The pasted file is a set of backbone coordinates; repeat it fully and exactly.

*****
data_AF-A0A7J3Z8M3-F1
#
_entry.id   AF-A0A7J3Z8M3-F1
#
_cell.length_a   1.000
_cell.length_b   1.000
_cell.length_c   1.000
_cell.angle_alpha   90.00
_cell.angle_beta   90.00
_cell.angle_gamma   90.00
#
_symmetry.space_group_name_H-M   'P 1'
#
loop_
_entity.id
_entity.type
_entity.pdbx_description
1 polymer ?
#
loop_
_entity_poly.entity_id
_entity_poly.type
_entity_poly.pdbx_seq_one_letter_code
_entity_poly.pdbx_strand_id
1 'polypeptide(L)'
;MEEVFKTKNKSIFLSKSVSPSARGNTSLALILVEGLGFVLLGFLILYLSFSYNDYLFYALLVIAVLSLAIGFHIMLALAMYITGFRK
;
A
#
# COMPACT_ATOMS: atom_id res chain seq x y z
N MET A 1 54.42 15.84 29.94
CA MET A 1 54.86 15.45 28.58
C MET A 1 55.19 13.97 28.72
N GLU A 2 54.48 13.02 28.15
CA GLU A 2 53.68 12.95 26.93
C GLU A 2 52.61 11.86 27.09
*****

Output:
data_AF-A0A7J3Z8M3-F1
#
_entry.id   AF-A0A7J3Z8M3-F1
#
_cell.length_a   1.000
_cell.length_b   1.000
_cell.length_c   1.000
_cell.angle_alpha   90.00
_cell.angle_beta   90.00
_cell.angle_gamma   90.00
#
_symmetry.space_group_name_H-M   'P 1'
#
loop_
_entity.id
_entity.type
_entity.pdbx_description
1 polymer ?
#
loop_
_entity_poly.entity_id
_entity_poly.type
_entity_poly.pdbx_seq_one_letter_code
_entity_poly.pdbx_strand_id
1 'polypeptide(L)'
;MEEVFKTKNKSIFLSKSVSPSARGNTSLALILVEGLGFVLLGFLILYLSFSYNDYLFYALLVIAVLSLAIGFHIMLALAMYITGFRK
;
A
#
# COMPACT_ATOMS: atom_id res chain seq x y z
N MET A 1 54.42 15.84 29.94
CA MET A 1 54.86 15.45 28.58
C MET A 1 55.19 13.97 28.72
N GLU A 2 54.48 13.02 28.15
CA GLU A 2 53.68 12.95 26.93
C GLU A 2 52.61 11.86 27.09